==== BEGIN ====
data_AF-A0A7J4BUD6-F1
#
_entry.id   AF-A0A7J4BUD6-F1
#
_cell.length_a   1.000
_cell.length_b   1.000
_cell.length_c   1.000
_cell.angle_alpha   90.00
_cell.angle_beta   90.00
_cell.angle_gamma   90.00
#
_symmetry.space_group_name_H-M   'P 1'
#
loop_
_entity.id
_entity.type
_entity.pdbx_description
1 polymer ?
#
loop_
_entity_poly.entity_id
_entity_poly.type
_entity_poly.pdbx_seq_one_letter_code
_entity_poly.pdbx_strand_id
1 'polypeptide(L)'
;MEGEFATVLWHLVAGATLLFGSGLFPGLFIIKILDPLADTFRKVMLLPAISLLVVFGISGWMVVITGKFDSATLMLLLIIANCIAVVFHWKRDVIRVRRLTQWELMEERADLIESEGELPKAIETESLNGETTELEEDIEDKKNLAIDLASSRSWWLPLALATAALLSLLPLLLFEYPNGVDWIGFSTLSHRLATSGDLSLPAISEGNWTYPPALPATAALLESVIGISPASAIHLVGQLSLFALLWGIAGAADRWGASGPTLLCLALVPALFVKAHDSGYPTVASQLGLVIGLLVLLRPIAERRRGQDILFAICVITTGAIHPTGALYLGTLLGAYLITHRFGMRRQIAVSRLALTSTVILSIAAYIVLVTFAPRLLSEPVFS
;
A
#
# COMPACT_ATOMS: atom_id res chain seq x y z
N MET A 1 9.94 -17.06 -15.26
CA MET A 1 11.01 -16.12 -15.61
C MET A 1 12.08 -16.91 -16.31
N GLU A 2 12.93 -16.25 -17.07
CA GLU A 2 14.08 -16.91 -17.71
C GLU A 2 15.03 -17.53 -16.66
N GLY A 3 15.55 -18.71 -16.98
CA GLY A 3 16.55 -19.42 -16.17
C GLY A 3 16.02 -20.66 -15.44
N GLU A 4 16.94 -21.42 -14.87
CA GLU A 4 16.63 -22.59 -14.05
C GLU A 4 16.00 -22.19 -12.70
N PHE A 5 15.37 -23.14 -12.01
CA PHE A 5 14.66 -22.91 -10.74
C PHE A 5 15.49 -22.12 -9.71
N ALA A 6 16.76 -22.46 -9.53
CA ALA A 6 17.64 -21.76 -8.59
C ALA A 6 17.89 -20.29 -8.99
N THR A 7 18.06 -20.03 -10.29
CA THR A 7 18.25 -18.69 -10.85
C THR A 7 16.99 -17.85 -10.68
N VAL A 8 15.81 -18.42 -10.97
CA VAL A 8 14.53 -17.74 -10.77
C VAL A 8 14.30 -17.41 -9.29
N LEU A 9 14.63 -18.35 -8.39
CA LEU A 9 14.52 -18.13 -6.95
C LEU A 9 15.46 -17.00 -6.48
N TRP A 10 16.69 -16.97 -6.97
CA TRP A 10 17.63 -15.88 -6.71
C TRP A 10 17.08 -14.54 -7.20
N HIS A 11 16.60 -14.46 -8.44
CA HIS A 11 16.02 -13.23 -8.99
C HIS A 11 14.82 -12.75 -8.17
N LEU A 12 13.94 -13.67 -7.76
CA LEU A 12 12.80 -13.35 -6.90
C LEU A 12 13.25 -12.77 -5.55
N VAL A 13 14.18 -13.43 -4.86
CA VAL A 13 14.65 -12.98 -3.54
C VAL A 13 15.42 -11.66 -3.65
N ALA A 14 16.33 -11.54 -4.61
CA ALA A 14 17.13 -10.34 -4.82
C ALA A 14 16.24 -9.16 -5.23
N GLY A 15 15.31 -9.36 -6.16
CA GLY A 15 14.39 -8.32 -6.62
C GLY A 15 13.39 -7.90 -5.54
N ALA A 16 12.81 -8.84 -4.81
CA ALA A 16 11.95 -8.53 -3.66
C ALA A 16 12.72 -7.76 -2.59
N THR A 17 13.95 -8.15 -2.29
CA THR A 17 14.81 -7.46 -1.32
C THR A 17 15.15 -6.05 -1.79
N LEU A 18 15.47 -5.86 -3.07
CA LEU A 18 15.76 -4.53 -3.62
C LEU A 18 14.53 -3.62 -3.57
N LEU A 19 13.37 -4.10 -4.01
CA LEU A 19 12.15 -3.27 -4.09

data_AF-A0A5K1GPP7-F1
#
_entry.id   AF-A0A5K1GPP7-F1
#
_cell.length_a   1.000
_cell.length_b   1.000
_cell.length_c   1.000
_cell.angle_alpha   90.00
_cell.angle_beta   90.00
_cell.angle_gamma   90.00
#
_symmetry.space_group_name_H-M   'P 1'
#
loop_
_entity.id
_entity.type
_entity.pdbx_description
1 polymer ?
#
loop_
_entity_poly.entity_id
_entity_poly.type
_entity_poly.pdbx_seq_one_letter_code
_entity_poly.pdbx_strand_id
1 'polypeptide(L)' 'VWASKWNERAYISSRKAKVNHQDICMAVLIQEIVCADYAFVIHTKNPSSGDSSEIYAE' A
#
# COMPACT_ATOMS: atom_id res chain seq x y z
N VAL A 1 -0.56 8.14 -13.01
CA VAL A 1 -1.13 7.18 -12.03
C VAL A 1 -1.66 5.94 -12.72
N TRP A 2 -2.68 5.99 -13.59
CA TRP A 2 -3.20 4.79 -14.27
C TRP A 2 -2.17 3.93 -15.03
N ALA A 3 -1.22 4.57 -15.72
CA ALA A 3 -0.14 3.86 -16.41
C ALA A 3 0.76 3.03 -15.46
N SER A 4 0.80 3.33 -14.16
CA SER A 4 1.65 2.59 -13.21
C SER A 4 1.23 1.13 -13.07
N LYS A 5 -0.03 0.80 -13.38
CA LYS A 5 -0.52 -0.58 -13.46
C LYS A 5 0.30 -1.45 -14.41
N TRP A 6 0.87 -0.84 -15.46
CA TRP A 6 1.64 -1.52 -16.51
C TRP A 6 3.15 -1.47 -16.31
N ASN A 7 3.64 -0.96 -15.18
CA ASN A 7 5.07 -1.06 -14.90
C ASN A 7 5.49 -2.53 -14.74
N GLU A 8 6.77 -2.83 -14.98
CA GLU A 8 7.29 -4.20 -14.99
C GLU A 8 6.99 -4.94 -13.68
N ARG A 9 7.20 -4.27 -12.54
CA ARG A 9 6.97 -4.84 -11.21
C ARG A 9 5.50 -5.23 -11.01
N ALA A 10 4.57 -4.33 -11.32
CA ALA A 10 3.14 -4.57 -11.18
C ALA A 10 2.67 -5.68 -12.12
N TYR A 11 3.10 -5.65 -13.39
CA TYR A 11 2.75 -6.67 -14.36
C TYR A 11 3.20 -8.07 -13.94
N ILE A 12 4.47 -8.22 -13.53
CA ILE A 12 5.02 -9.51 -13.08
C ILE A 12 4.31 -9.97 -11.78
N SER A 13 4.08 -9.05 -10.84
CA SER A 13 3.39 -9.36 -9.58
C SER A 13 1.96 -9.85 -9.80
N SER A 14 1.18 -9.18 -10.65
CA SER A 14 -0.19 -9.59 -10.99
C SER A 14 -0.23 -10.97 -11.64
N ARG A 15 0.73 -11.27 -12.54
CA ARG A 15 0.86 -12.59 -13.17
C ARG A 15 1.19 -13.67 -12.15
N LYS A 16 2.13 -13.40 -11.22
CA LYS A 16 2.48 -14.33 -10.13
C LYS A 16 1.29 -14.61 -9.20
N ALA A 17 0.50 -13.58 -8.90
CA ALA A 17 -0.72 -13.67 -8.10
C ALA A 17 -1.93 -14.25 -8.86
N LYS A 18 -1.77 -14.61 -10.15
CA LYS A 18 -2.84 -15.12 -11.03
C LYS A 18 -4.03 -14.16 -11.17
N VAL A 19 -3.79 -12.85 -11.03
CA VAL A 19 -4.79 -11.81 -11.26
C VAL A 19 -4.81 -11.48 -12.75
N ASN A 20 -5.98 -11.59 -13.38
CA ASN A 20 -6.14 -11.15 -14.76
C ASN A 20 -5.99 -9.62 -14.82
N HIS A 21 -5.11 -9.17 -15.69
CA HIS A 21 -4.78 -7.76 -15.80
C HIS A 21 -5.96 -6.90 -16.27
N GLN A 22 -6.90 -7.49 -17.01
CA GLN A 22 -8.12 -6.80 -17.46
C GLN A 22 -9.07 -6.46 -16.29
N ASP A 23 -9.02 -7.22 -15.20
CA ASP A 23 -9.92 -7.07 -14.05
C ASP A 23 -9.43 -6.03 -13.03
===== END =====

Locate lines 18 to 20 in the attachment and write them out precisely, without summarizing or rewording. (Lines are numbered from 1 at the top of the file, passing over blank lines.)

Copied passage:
1 polymer ?
#
loop_